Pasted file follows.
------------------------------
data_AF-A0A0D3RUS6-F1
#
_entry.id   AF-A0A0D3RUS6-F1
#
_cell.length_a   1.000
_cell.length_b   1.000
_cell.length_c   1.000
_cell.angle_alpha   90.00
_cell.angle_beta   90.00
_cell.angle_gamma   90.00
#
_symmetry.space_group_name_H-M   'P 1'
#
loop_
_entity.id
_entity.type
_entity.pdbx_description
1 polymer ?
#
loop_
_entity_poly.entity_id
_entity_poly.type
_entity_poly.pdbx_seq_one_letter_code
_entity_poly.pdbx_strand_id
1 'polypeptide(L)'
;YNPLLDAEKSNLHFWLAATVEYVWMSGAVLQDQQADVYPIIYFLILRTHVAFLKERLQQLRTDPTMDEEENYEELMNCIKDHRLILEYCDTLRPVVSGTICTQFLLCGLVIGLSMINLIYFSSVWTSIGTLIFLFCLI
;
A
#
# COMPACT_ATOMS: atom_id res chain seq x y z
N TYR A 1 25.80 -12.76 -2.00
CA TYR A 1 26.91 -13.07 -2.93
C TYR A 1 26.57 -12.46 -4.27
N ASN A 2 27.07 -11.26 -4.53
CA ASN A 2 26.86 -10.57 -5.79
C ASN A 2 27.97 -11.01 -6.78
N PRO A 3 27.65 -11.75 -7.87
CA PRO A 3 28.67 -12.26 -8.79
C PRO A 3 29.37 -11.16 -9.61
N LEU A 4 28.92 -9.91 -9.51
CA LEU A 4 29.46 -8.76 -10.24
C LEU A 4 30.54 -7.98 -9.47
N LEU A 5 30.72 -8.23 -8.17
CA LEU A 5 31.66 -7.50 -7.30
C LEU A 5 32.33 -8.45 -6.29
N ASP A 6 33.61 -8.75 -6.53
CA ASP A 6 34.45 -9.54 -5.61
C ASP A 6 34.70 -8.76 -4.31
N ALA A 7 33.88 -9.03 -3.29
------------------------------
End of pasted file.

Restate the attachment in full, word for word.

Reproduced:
data_AF-A0A0D3RUS6-F1
#
_entry.id   AF-A0A0D3RUS6-F1
#
_cell.length_a   1.000
_cell.length_b   1.000
_cell.length_c   1.000
_cell.angle_alpha   90.00
_cell.angle_beta   90.00
_cell.angle_gamma   90.00
#
_symmetry.space_group_name_H-M   'P 1'
#
loop_
_entity.id
_entity.type
_entity.pdbx_description
1 polymer ?
#
loop_
_entity_poly.entity_id
_entity_poly.type
_entity_poly.pdbx_seq_one_letter_code
_entity_poly.pdbx_strand_id
1 'polypeptide(L)'
;YNPLLDAEKSNLHFWLAATVEYVWMSGAVLQDQQADVYPIIYFLILRTHVAFLKERLQQLRTDPTMDEEENYEELMNCIKDHRLILEYCDTLRPVVSGTICTQFLLCGLVIGLSMINLIYFSSVWTSIGTLIFLFCLI
;
A
#
# COMPACT_ATOMS: atom_id res chain seq x y z
N TYR A 1 25.80 -12.76 -2.00
CA TYR A 1 26.91 -13.07 -2.93
C TYR A 1 26.57 -12.46 -4.27
N ASN A 2 27.07 -11.26 -4.53
CA ASN A 2 26.86 -10.57 -5.79
C ASN A 2 27.97 -11.01 -6.78
N PRO A 3 27.65 -11.75 -7.87
CA PRO A 3 28.67 -12.26 -8.79
C PRO A 3 29.37 -11.16 -9.61
N LEU A 4 28.92 -9.91 -9.51
CA LEU A 4 29.46 -8.76 -10.24
C LEU A 4 30.54 -7.98 -9.47
N LEU A 5 30.72 -8.23 -8.17
CA LEU A 5 31.66 -7.50 -7.30
C LEU A 5 32.33 -8.45 -6.29
N ASP A 6 33.61 -8.75 -6.53
CA ASP A 6 34.45 -9.54 -5.61
C ASP A 6 34.70 -8.76 -4.31
N ALA A 7 33.88 -9.03 -3.29